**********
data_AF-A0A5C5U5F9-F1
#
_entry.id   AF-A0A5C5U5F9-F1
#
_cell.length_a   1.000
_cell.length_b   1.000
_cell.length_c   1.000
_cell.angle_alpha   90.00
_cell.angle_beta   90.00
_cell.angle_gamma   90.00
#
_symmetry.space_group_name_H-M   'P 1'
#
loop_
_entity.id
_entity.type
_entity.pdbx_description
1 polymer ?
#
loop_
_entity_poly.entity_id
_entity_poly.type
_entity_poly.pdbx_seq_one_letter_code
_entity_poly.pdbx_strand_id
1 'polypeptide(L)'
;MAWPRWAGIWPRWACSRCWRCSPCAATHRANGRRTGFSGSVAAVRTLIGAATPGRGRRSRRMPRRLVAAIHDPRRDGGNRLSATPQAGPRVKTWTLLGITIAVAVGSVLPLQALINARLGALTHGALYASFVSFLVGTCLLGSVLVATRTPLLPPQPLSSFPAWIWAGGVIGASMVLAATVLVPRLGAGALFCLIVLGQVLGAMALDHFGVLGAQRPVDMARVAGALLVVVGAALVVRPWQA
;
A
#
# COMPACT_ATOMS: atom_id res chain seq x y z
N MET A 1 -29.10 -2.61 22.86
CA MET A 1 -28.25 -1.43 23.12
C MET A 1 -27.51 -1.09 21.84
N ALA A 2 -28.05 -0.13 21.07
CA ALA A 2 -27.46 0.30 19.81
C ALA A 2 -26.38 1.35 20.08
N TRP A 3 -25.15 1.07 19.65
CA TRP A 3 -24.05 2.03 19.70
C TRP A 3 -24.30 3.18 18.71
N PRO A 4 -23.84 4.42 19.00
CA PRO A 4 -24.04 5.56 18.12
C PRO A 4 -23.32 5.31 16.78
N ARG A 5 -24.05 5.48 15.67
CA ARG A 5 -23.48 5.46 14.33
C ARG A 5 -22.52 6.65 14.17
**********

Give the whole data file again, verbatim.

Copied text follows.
data_AF-A0A5C5U5F9-F1
#
_entry.id   AF-A0A5C5U5F9-F1
#
_cell.length_a   1.000
_cell.length_b   1.000
_cell.length_c   1.000
_cell.angle_alpha   90.00
_cell.angle_beta   90.00
_cell.angle_gamma   90.00
#
_symmetry.space_group_name_H-M   'P 1'
#
loop_
_entity.id
_entity.type
_entity.pdbx_description
1 polymer ?
#
loop_
_entity_poly.entity_id
_entity_poly.type
_entity_poly.pdbx_seq_one_letter_code
_entity_poly.pdbx_strand_id
1 'polypeptide(L)'
;MAWPRWAGIWPRWACSRCWRCSPCAATHRANGRRTGFSGSVAAVRTLIGAATPGRGRRSRRMPRRLVAAIHDPRRDGGNRLSATPQAGPRVKTWTLLGITIAVAVGSVLPLQALINARLGALTHGALYASFVSFLVGTCLLGSVLVATRTPLLPPQPLSSFPAWIWAGGVIGASMVLAATVLVPRLGAGALFCLIVLGQVLGAMALDHFGVLGAQRPVDMARVAGALLVVVGAALVVRPWQA
;
A
#
# COMPACT_ATOMS: atom_id res chain seq x y z
N MET A 1 -29.10 -2.61 22.86
CA MET A 1 -28.25 -1.43 23.12
C MET A 1 -27.51 -1.09 21.84
N ALA A 2 -28.05 -0.13 21.07
CA ALA A 2 -27.46 0.30 19.81
C ALA A 2 -26.38 1.35 20.08
N TRP A 3 -25.15 1.07 19.65
CA TRP A 3 -24.05 2.03 19.70
C TRP A 3 -24.30 3.18 18.71
N PRO A 4 -23.84 4.42 19.00
CA PRO A 4 -24.04 5.56 18.12
C PRO A 4 -23.32 5.31 16.78
N ARG A 5 -24.05 5.48 15.67
CA ARG A 5 -23.48 5.46 14.33
C ARG A 5 -22.52 6.65 14.17